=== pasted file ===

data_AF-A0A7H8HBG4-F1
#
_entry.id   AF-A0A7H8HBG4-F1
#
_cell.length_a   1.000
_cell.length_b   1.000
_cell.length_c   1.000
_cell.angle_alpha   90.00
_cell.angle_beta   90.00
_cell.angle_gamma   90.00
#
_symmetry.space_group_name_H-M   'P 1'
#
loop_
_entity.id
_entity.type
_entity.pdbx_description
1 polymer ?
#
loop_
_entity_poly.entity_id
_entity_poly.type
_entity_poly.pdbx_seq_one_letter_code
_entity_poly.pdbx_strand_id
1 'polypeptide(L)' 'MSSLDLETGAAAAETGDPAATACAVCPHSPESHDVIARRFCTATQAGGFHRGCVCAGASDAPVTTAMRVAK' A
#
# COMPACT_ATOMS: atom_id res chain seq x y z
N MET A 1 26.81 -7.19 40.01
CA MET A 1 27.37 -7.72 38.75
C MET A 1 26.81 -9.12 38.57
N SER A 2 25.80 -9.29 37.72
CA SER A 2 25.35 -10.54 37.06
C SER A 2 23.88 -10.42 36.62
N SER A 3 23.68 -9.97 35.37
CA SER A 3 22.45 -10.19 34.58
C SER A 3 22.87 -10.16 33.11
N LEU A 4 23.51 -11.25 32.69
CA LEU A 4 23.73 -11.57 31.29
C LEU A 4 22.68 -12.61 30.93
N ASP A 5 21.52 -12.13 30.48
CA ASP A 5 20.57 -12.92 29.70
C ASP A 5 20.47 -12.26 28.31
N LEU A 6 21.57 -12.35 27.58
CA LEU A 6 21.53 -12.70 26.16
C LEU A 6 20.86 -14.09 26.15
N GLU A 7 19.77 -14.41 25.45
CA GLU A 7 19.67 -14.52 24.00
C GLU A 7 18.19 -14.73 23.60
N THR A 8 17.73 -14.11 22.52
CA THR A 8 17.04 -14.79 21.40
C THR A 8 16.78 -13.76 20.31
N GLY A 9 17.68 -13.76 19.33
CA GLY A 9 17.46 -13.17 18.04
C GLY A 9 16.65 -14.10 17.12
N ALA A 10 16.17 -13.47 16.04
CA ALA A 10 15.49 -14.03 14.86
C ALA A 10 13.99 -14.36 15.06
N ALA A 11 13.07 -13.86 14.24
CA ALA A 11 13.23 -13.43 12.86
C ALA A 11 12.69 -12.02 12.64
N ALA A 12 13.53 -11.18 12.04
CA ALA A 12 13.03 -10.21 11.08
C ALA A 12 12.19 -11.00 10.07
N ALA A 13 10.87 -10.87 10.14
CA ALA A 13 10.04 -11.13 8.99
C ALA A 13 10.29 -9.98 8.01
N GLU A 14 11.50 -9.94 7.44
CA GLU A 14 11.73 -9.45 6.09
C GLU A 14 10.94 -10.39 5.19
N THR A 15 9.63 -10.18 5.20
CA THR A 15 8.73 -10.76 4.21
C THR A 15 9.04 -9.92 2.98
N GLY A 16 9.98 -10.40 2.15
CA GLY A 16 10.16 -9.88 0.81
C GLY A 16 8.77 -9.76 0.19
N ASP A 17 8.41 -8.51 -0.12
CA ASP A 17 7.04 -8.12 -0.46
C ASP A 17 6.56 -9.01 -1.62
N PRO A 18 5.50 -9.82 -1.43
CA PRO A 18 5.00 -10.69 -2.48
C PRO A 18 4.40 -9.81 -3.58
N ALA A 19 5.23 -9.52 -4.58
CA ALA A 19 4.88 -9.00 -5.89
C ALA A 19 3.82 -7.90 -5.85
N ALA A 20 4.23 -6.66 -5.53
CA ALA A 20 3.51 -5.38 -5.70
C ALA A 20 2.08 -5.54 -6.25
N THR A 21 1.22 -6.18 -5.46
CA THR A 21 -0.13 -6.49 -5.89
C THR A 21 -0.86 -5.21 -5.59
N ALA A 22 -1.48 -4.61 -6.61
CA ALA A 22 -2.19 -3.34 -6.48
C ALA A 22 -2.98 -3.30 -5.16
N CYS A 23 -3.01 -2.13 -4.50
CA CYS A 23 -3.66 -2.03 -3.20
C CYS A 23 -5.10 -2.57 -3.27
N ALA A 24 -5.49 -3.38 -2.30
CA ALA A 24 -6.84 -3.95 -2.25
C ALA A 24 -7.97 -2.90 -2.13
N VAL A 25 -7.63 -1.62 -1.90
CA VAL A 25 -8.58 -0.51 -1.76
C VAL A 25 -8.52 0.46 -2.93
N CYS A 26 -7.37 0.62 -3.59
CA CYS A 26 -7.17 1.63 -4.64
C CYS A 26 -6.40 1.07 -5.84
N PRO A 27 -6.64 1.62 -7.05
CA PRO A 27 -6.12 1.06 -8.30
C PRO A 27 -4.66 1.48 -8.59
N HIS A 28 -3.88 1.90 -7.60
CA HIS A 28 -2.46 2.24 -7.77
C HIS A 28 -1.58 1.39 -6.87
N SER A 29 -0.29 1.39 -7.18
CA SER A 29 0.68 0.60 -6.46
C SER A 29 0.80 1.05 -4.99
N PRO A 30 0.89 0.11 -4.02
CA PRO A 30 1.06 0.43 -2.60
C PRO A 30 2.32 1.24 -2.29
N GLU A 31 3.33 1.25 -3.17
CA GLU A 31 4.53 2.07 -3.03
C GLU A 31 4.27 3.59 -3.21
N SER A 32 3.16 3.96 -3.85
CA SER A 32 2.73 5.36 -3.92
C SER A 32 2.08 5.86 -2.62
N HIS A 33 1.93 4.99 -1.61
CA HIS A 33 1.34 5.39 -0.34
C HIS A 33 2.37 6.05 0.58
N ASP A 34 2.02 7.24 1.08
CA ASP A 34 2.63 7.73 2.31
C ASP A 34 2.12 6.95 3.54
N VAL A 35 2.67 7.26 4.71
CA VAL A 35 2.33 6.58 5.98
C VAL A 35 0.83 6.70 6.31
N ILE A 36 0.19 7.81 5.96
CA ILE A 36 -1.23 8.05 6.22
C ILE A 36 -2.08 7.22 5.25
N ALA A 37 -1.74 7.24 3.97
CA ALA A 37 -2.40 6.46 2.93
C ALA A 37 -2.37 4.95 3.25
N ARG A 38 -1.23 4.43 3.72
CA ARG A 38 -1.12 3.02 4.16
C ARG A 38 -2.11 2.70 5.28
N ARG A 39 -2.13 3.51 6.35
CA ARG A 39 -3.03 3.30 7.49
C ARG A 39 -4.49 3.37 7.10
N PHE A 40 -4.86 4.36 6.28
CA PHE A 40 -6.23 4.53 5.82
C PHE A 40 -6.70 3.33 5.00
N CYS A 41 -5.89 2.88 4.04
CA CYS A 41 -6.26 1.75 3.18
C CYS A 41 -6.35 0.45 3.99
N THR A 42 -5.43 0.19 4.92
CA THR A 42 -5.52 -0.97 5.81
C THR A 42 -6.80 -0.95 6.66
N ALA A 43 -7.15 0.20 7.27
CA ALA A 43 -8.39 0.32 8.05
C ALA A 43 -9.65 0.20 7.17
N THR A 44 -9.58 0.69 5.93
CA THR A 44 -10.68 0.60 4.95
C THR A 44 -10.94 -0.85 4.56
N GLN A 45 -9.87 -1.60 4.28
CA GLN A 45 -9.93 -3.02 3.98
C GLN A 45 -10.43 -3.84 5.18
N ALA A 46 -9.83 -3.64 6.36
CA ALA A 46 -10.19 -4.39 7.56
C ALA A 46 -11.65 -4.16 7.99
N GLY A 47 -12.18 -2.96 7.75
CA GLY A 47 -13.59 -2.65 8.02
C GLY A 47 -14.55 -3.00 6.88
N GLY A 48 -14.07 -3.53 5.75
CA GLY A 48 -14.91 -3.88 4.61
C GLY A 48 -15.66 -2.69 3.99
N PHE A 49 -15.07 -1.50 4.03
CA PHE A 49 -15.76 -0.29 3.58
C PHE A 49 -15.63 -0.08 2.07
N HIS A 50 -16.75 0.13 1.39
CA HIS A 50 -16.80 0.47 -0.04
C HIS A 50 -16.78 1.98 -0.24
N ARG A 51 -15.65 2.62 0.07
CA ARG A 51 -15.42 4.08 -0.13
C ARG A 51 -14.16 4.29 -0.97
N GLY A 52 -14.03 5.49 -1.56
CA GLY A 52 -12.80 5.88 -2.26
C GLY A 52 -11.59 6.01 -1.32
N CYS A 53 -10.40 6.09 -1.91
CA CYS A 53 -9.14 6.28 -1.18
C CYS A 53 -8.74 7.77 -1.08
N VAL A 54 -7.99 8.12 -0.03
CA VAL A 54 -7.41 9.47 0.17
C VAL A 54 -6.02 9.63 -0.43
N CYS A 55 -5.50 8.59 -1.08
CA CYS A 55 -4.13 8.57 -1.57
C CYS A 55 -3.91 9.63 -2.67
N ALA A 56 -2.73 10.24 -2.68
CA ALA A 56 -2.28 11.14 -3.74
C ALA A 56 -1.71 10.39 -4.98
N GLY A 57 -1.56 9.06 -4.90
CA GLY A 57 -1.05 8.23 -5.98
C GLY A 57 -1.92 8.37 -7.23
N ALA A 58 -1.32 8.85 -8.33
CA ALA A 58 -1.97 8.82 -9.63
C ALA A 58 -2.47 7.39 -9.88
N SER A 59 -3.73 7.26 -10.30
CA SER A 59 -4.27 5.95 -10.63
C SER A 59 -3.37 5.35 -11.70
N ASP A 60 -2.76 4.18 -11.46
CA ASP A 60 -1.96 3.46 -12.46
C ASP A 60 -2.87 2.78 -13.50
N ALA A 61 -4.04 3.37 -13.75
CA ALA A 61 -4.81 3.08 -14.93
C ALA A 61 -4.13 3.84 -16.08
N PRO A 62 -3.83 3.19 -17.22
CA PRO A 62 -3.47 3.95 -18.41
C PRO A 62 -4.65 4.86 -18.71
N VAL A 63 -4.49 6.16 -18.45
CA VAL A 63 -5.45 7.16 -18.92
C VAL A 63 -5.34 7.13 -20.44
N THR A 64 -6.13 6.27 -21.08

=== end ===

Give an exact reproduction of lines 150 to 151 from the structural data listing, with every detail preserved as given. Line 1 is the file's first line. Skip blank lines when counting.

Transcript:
C CYS A 41 -6.35 0.45 3.99
N THR A 42 -5.43 0.19 4.92